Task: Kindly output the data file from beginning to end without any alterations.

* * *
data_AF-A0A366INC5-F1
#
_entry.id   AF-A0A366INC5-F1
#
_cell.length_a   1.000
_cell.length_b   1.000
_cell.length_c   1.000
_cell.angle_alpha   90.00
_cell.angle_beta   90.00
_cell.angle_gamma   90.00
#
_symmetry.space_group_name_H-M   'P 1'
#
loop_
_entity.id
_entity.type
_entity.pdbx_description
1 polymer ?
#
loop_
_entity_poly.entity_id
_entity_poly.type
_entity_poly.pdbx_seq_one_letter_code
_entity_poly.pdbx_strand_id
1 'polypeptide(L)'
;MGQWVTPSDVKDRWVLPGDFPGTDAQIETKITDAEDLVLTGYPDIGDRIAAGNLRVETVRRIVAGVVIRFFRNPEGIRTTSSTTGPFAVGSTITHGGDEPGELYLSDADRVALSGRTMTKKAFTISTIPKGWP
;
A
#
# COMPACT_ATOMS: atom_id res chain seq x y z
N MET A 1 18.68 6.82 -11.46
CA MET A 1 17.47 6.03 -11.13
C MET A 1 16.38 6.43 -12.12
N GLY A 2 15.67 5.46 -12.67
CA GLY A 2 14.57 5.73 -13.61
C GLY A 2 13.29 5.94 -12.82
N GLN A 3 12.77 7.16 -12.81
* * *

data_AF-A0A366INC5-F1
#
_entry.id   AF-A0A366INC5-F1
#
_cell.length_a   1.000
_cell.length_b   1.000
_cell.length_c   1.000
_cell.angle_alpha   90.00
_cell.angle_beta   90.00
_cell.angle_gamma   90.00
#
_symmetry.space_group_name_H-M   'P 1'
#
loop_
_entity.id
_entity.type
_entity.pdbx_description
1 polymer ?
#
loop_
_entity_poly.entity_id
_entity_poly.type
_entity_poly.pdbx_seq_one_letter_code
_entity_poly.pdbx_strand_id
1 'polypeptide(L)'
;MGQWVTPSDVKDRWVLPGDFPGTDAQIETKITDAEDLVLTGYPDIGDRIAAGNLRVETVRRIVAGVVIRFFRNPEGIRTTSSTTGPFAVGSTITHGGDEPGELYLSDADRVALSGRTMTKKAFTISTIPKGWP
;
A
#
# COMPACT_ATOMS: atom_id res chain seq x y z
N MET A 1 18.68 6.82 -11.46
CA MET A 1 17.47 6.03 -11.13
C MET A 1 16.38 6.43 -12.12
N GLY A 2 15.67 5.46 -12.67
CA GLY A 2 14.57 5.73 -13.61
C GLY A 2 13.29 5.94 -12.82
N GLN A 3 12.77 7.16 -12.81